Bring me the head of the Time Warner suit who screwed the Braves for a generation

The Phils just inked a 25-year, $2.5 billion TV deal, which will give them roughly $75 million more in annual revenues than the Braves receive from their crappy contract with Fox.

I’d really like to know exactly who in the Time Warner clusterfuck negotiated the Braves deal. Shouldn’t they be held accountable for screwing the team — and shouldn’t Bud’s minions have prevented it, for the sake of competitive balance?

Never mind. I forgot that corporate fuck-ups are never held accountable.

Turner’s loss is the Braves’ gain

For the first time since I became a fan, there will be no Braves games on a Turner station.

The 45 Braves games that have been televised locally on Turner Broadcasting’s Peachtree TV in recent seasons  will move to Fox Sports South and SportSouth this year.  …

Neither the Braves nor Fox would reveal terms of the deal. But the Braves acknowledged it will somewhat improve their local TV revenue, which has been a source of concern because of long-term contracts signed before a recent explosion in rights fees.

Alas, there will be more Chip.

Details of Braves horrible TV contract finally emerge

Finally, a comprehensive article on the worst TV contract in baseball.

The good news? The Braves deal expires in 14 years, much sooner than we were previously led to believe.

The bad news? Most everything else.

For one, the Braves appear to be receiving less annually than has been reported.

The Braves deal, negotiated as the team was being sold by Time Warner to Liberty Media in 2007, is believed to be worth less than $20 million annually to the team. Some have said that figure is closer to $10 million annually, which would place it at the bottom of the major league scale. …

McGuirk didn’t provide specific dollar amounts on the Braves’ deal, but said neither the $10 million nor the $20 million figure was accurate. He did say it’s not a good deal going forward and that it included just a modest four-percent annual increase.

The Dodgers receive about $240 million per year. The Angels get $147 mil annually. Even the Astros and Pads’ contract dwarfs the Bravos: $80 and $60 mil, respectively.

According to McGuirk, there’s no getting out of it.

“There is no “out” clause. … That deal was an iron-clad deal,” he said. “We are constantly trying to figure ways to improve it. We’re pretty good at that, and that will be our job today, tomorrow and going forward. We are able to improve it now and then and you’ll hear about that as we do it.”

So who is responsible for this abomination?

“I’m not exactly sure whose final hands were on [the deal], but I’m pretty sure,” said McGuirk, who worked 35 years at TBS, rising to the rank of CEO from 1996-2001. “I think the guy is no longer with the company…. And I don’t know that it serves any purpose to put a bull’s eye on somebody.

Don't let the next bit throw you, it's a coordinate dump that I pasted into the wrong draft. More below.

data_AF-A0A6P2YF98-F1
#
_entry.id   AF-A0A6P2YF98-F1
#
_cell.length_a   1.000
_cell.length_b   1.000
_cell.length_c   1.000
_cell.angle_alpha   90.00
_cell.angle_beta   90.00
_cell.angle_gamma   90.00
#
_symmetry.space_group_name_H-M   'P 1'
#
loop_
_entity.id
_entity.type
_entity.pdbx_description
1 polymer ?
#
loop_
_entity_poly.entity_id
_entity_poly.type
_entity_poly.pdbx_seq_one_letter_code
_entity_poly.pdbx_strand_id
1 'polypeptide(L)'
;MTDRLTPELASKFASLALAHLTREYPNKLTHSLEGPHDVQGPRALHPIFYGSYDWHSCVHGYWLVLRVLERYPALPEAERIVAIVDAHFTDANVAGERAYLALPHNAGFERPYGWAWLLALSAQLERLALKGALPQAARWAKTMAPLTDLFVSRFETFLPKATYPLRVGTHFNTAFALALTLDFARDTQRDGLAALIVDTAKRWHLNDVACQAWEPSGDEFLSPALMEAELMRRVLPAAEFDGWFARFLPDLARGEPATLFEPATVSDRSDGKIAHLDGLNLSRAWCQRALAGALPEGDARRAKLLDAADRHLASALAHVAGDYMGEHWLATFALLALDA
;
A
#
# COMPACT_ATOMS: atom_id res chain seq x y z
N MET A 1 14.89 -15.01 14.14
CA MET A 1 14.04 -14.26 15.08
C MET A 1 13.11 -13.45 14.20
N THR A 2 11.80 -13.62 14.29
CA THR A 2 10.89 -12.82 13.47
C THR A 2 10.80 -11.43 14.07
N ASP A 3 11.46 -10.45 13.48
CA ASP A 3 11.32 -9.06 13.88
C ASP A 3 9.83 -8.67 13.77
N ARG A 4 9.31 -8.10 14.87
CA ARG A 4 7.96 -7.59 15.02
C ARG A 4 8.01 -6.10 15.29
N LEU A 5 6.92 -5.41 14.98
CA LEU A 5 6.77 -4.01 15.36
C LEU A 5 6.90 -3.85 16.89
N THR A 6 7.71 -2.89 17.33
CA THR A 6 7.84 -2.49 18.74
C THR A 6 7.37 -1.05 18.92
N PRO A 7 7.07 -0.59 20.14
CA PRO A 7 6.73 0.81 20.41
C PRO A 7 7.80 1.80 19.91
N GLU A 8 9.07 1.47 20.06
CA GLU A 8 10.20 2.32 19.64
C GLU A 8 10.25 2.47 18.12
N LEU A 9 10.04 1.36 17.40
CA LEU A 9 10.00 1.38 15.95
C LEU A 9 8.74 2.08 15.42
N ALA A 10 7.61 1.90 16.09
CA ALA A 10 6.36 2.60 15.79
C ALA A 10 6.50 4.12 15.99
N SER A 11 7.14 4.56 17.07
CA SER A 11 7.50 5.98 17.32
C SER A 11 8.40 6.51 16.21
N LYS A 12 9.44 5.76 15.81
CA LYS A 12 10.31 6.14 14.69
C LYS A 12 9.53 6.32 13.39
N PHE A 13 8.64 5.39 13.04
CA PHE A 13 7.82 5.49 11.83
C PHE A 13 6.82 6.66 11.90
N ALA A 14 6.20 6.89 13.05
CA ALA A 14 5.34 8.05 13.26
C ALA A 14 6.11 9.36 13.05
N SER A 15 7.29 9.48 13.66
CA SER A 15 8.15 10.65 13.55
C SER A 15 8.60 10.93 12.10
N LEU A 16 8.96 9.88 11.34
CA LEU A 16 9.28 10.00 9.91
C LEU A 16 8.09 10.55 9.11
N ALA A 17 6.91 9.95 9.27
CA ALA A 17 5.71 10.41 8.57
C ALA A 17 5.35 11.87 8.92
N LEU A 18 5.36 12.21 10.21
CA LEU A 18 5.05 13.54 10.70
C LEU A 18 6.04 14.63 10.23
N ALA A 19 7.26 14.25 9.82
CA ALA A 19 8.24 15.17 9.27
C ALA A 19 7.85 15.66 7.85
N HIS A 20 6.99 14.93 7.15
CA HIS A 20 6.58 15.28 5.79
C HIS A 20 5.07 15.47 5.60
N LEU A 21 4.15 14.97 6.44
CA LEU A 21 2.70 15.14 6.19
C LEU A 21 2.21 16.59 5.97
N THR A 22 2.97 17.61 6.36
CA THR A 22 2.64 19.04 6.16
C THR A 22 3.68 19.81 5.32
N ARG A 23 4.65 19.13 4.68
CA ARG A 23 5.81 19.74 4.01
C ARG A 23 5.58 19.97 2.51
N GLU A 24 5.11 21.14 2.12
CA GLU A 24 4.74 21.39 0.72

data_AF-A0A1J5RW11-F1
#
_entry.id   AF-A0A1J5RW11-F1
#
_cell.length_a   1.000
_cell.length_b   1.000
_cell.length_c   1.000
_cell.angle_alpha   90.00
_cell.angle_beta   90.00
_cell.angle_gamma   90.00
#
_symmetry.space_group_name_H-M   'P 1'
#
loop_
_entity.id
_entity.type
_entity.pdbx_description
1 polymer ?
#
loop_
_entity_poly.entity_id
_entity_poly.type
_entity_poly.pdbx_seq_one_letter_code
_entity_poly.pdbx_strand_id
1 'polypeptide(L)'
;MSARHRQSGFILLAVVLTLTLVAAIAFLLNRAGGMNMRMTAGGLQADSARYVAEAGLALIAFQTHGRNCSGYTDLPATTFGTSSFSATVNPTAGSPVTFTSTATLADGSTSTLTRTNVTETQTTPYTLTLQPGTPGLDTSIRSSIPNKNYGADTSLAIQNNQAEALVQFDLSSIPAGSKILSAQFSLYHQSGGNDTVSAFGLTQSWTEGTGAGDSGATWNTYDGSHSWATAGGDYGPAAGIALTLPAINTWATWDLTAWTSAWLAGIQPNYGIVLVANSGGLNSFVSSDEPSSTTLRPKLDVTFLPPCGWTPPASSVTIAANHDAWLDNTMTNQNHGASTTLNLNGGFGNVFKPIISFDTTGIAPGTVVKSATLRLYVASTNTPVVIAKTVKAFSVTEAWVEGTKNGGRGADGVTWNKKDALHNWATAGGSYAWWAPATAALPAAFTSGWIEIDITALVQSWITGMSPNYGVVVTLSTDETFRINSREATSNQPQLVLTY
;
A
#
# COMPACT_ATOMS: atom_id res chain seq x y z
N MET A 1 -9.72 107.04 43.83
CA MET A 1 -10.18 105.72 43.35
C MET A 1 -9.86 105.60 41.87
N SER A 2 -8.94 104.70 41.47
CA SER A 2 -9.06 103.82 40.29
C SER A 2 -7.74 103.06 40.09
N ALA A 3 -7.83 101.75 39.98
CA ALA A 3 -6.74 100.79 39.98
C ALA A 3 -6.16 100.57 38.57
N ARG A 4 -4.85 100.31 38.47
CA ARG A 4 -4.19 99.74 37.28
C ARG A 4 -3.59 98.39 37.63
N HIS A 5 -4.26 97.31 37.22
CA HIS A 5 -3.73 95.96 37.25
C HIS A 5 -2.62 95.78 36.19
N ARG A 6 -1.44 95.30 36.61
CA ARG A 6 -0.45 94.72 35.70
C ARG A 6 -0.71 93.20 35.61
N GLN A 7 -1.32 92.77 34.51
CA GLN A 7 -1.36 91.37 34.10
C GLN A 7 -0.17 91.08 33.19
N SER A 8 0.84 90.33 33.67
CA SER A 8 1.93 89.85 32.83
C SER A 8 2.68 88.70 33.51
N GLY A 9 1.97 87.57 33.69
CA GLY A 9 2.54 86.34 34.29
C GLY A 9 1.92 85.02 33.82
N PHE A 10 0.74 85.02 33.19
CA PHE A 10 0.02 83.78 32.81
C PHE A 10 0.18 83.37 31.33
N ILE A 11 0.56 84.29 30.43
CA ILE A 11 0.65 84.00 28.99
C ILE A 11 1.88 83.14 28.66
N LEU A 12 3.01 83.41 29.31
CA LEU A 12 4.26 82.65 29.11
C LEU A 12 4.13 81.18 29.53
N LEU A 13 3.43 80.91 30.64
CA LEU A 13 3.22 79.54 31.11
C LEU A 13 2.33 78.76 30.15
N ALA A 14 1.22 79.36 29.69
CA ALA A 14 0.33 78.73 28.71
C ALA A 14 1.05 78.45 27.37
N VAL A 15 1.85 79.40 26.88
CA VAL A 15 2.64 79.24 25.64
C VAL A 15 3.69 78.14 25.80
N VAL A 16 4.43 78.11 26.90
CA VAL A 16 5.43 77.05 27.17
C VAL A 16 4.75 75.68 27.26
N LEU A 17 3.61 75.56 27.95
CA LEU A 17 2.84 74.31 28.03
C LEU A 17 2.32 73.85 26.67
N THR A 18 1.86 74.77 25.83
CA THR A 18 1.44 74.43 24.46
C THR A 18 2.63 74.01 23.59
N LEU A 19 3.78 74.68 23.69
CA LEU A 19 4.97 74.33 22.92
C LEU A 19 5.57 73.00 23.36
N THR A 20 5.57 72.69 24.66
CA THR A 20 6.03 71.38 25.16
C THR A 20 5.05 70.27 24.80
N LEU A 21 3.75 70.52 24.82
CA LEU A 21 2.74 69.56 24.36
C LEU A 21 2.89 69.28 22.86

“It was done simultaneously [when the team was being sold to Liberty]. It was to Turner’s advantage, obviously, to do it that way. They were parting with the team and they were able to structure a long-term relationship with Fox. If there was no deal it was far better for the team. But it is what it is. [The team] was bought with that in place. I know enough about the media business, I knew what we were working with and I just knew, that with the fullness of time, all these other elements of the [Braves] business were going to have to be stronger to compete.”

T-Mac said the Braves would not be severely hamstrung by the deal, though it sure ain’t going to help going forward.

McGuirk said he’s not worried because the organization is positioned to stay competitive by enhancing other revenues and maintaining a strong minor league system that’s produced a steady infusion of young talent such as current Braves Jason Heyward, Freddie Freeman, Andrelton Simmons, Kris Medlen and Mike Minor.

Re-signing them is a different matter, but McGuirk pointed to the team’s advantage over most other teams in that Turner Field is paid for.

Braves TV deal worse than we thought

The LA Times reports the Dodgers will receive $240 to $280 million per year for local broadcasting rights.

According to DOB, the Braves take in roughly $20-to-$25 million annually from their local TV rights — a deal Jeff Passan calls “the sport’s worst television contract,” negotiated as “a term of its sale” from Time Warner to Liberty Media.

A sale that was approved by Hapless Bud. Remember where to direct the blame when Jay Hey, Freddie and Med Dog are playing elsewhere a few years from now.

The deal doesn’t expire for another 20 years. God knows what shape the Braves will be in then.